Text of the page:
The Gov allowing something and Tesla being able to deliver it aren't the same thing and I don't see Tesla beng able to do it any time soon.

Reading the definition it looks like level 3 - the driver still needs to be there and the system needs to be able to execute a managed handover within 10 seconds - in other words that means both the driver needs to be ready to take over within 10s and the car needs to be able to deal with any situation safely for 10s into the future but recognises worsening conditions or reading the situation ahead to know it needs to hand back control. On a motorway (not that its viable given the speed limit) that would probably mean 10s before reaching the exit for example. Thats the challenge, 10s is an eternity even at 30 odd mph. Spotting obstructions in the road, pedestrians, etc. The manufactuers could opt for a shorter time period, say 3s, but then they need to do more to ensure the driver is ready. Under 1s is effectively where we are now.
 
This could all back fire for us.

Clearly, we already can do >37mph albeit with a nudge of the wheel periodically.

This -could- remove that ability, especially if as required, Tesla seeks to get their cars approved, the approval almost certainly won't let the car continue doing it's think about 37.

So we could have a situation where the legislation means Tesla have to remove FSD/AP above 37mph.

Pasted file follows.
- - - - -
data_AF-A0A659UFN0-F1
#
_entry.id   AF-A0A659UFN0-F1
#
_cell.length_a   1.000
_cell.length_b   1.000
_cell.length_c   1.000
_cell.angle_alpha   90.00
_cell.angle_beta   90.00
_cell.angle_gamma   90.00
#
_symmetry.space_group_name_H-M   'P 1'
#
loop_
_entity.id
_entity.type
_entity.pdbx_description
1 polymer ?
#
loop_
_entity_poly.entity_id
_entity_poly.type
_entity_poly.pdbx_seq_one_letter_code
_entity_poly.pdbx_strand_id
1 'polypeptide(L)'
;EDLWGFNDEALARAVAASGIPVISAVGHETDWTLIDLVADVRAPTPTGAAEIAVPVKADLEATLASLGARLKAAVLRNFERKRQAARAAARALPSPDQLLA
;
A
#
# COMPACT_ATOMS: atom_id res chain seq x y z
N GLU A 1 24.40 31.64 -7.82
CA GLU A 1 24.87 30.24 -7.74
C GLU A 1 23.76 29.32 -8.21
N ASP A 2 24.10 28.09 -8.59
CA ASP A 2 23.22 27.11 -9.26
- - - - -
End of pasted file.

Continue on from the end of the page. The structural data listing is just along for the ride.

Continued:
It does also make you wonder if it's not legal now, what are we doing when we use it?
 
This could all back fire for us.

Clearly, we already can do >37mph albeit with a nudge of the wheel periodically.

This -could- remove that ability, especially if as required, Tesla seeks to get their cars approved, the approval almost certainly won't let the car continue doing it's think about 37.

So we could have a situation where the legislation means Tesla have to remove FSD/AP above 37mph.

It does also make you wonder if it's not legal now, what are we doing when we use it?

Yeah.. that's my worry too. Although to be fair, it would also apply to other car marques that have adaptive cruise, lane keeping etc also. VW, Merc,BMW,Kia, Hyundai, Nissan et al.
 
The Gov allowing something and Tesla being able to deliver it aren't the same thing and I don't see Tesla beng able to do it any time soon.

Reading the definition it looks like level 3 - the driver still needs to be there and the system needs to be able to execute a managed handover within 10 seconds - in other words that means both the driver needs to be ready to take over within 10s and the car needs to be able to deal with any situation safely for 10s into the future but recognises worsening conditions or reading the situation ahead to know it needs to hand back control. On a motorway (not that its viable given the speed limit) that would probably mean 10s before reaching the exit for example. Thats the challenge, 10s is an eternity even at 30 odd mph. Spotting obstructions in the road, pedestrians, etc. The manufactuers could opt for a shorter time period, say 3s, but then they need to do more to ensure the driver is ready. Under 1s is effectively where we are now.

I remember learning to drive with the 3 second rule. I guess for FSD that's now 10 seconds :)

But I agree, the car has to be reliable for the period during which a managed hand back of control is performed otherwise it's simply doomed. Tesla aren't in that position at the moment, nor can I see them being for some time